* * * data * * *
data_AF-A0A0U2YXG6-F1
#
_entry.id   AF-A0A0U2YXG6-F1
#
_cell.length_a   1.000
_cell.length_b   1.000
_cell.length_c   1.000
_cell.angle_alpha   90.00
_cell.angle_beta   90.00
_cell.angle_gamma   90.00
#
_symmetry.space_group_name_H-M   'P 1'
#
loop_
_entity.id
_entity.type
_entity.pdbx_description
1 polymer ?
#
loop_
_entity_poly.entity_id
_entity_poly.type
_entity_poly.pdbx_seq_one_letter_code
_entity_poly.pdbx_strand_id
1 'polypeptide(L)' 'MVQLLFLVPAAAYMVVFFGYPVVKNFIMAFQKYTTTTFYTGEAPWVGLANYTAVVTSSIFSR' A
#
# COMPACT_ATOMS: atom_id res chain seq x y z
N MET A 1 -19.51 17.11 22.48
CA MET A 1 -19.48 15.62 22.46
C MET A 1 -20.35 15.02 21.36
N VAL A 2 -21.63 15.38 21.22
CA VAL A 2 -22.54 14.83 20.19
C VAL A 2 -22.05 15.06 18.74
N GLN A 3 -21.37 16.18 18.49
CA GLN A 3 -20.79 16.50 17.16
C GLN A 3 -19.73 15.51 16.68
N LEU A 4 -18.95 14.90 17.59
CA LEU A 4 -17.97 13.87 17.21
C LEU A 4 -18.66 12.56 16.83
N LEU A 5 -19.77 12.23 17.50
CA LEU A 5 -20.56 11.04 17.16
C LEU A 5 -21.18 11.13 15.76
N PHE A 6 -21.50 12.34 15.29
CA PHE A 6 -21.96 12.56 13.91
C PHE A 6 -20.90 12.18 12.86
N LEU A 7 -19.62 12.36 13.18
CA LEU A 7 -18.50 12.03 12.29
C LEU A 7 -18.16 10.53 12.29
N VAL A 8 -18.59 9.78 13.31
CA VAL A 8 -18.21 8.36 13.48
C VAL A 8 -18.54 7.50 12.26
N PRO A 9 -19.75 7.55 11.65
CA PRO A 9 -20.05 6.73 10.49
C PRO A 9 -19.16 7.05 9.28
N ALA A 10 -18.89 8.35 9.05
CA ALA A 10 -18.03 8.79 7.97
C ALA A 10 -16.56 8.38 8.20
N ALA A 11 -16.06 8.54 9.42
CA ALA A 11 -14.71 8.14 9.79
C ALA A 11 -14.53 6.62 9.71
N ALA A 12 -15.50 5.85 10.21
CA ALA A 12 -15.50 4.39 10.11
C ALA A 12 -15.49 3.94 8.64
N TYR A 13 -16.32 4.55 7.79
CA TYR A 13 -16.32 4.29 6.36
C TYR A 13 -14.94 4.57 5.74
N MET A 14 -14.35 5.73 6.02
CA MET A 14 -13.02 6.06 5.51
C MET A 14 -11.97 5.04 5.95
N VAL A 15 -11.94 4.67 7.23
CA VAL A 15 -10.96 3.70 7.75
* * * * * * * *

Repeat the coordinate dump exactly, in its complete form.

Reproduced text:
data_AF-A0A0U2YXG6-F1
#
_entry.id   AF-A0A0U2YXG6-F1
#
_cell.length_a   1.000
_cell.length_b   1.000
_cell.length_c   1.000
_cell.angle_alpha   90.00
_cell.angle_beta   90.00
_cell.angle_gamma   90.00
#
_symmetry.space_group_name_H-M   'P 1'
#
loop_
_entity.id
_entity.type
_entity.pdbx_description
1 polymer ?
#
loop_
_entity_poly.entity_id
_entity_poly.type
_entity_poly.pdbx_seq_one_letter_code
_entity_poly.pdbx_strand_id
1 'polypeptide(L)' 'MVQLLFLVPAAAYMVVFFGYPVVKNFIMAFQKYTTTTFYTGEAPWVGLANYTAVVTSSIFSR' A
#
# COMPACT_ATOMS: atom_id res chain seq x y z
N MET A 1 -19.51 17.11 22.48
CA MET A 1 -19.48 15.62 22.46
C MET A 1 -20.35 15.02 21.36
N VAL A 2 -21.63 15.38 21.22
CA VAL A 2 -22.54 14.83 20.19
C VAL A 2 -22.05 15.06 18.74
N GLN A 3 -21.37 16.18 18.49
CA GLN A 3 -20.79 16.50 17.16
C GLN A 3 -19.73 15.51 16.68
N LEU A 4 -18.95 14.90 17.59
CA LEU A 4 -17.97 13.87 17.21
C LEU A 4 -18.66 12.56 16.83
N LEU A 5 -19.77 12.23 17.50
CA LEU A 5 -20.56 11.04 17.16
C LEU A 5 -21.18 11.13 15.76
N PHE A 6 -21.50 12.34 15.29
CA PHE A 6 -21.96 12.56 13.91
C PHE A 6 -20.90 12.18 12.86
N LEU A 7 -19.62 12.36 13.18
CA LEU A 7 -18.50 12.03 12.29
C LEU A 7 -18.16 10.53 12.29
N VAL A 8 -18.59 9.78 13.31
CA VAL A 8 -18.21 8.36 13.48
C VAL A 8 -18.54 7.50 12.26
N PRO A 9 -19.75 7.55 11.65
CA PRO A 9 -20.05 6.73 10.49
C PRO A 9 -19.16 7.05 9.28
N ALA A 10 -18.89 8.35 9.05
CA ALA A 10 -18.03 8.79 7.97
C ALA A 10 -16.56 8.38 8.20
N ALA A 11 -16.06 8.54 9.42
CA ALA A 11 -14.71 8.14 9.79
C ALA A 11 -14.53 6.62 9.71
N ALA A 12 -15.50 5.85 10.21
CA ALA A 12 -15.50 4.39 10.11
C ALA A 12 -15.49 3.94 8.64
N TYR A 13 -16.32 4.55 7.79
CA TYR A 13 -16.32 4.29 6.36
C TYR A 13 -14.94 4.57 5.74
N MET A 14 -14.35 5.73 6.02
CA MET A 14 -13.02 6.06 5.51
C MET A 14 -11.97 5.04 5.95
N VAL A 15 -11.94 4.67 7.23
CA VAL A 15 -10.96 3.70 7.75